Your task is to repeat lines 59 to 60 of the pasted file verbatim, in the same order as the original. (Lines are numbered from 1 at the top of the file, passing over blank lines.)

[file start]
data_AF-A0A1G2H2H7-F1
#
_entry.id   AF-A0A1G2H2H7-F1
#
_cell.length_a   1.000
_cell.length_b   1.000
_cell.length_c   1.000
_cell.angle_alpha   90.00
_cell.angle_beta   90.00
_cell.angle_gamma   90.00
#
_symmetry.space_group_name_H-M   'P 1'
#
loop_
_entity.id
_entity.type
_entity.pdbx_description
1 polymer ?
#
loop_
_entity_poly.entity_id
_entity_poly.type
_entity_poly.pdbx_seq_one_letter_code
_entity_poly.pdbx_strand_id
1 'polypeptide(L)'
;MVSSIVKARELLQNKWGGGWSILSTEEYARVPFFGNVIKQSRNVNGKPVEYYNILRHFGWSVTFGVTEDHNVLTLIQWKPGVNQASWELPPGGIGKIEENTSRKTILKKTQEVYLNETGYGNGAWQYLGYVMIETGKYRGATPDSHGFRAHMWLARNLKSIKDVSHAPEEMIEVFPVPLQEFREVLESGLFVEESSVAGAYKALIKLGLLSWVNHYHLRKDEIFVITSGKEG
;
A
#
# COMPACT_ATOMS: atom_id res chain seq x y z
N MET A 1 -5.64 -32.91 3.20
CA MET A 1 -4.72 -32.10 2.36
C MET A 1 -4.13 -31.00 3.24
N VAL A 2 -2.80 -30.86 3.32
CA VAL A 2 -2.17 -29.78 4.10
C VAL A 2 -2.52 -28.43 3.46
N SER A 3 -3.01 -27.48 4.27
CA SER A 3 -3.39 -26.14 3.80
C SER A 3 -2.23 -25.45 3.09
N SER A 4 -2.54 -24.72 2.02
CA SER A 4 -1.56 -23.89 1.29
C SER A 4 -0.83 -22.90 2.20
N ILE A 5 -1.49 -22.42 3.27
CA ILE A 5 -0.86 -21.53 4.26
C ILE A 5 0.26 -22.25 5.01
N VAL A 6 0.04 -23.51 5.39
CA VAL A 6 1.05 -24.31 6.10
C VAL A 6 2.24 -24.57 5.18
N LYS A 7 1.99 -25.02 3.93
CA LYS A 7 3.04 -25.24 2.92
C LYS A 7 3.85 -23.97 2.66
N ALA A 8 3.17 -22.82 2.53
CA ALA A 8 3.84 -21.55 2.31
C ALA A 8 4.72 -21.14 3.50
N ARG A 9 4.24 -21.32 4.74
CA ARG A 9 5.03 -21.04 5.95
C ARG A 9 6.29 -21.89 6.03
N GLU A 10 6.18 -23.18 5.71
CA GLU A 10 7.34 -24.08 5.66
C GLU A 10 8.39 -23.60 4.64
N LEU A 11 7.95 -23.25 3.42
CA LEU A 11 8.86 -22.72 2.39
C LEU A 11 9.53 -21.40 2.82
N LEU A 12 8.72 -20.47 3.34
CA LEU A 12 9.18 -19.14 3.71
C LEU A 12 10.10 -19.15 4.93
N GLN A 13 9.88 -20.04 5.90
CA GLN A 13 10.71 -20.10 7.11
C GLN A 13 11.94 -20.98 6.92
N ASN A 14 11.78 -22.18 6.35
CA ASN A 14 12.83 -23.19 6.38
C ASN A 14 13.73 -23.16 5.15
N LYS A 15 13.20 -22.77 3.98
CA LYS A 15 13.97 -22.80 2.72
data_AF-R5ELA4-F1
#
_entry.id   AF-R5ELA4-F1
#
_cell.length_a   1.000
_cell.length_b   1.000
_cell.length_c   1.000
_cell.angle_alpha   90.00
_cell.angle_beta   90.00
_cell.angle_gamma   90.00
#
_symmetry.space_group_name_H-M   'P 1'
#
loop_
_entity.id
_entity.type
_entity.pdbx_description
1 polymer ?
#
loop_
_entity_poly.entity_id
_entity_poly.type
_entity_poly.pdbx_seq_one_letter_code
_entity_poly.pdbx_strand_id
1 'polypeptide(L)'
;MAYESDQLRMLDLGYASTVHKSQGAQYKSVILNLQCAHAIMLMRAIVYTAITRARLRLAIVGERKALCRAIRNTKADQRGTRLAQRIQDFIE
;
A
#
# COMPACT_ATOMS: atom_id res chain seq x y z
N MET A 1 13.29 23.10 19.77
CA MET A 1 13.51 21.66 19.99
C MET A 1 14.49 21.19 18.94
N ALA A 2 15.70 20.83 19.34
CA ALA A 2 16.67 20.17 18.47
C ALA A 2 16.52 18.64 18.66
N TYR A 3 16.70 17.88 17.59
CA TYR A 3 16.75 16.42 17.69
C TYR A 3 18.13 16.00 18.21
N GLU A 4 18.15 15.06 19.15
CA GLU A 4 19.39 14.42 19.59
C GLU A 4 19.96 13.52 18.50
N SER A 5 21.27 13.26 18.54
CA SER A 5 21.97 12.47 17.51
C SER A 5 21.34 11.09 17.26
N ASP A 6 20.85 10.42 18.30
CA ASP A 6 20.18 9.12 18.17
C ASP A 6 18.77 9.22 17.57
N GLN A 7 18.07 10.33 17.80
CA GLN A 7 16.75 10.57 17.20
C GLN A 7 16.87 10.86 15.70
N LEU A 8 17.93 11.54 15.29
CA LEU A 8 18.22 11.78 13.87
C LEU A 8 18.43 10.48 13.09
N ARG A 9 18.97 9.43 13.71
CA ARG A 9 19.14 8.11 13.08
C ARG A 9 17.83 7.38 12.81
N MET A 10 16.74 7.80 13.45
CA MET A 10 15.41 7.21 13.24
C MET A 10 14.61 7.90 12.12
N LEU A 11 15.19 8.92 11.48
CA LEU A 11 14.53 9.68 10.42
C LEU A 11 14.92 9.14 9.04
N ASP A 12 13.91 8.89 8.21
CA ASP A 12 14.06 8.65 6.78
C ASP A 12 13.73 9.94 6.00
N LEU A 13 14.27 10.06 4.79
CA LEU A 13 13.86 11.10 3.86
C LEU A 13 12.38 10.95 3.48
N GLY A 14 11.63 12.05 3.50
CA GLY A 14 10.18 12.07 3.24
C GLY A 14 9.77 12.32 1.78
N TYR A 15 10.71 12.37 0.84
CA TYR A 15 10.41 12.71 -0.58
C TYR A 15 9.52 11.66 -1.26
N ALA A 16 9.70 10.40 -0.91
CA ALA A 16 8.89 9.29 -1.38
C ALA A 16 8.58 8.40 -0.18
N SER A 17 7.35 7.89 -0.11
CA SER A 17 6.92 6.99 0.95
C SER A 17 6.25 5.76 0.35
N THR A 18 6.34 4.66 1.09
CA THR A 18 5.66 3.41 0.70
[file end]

CA GLU A 10 7.34 -24.08 5.66
C GLU A 10 8.39 -23.60 4.64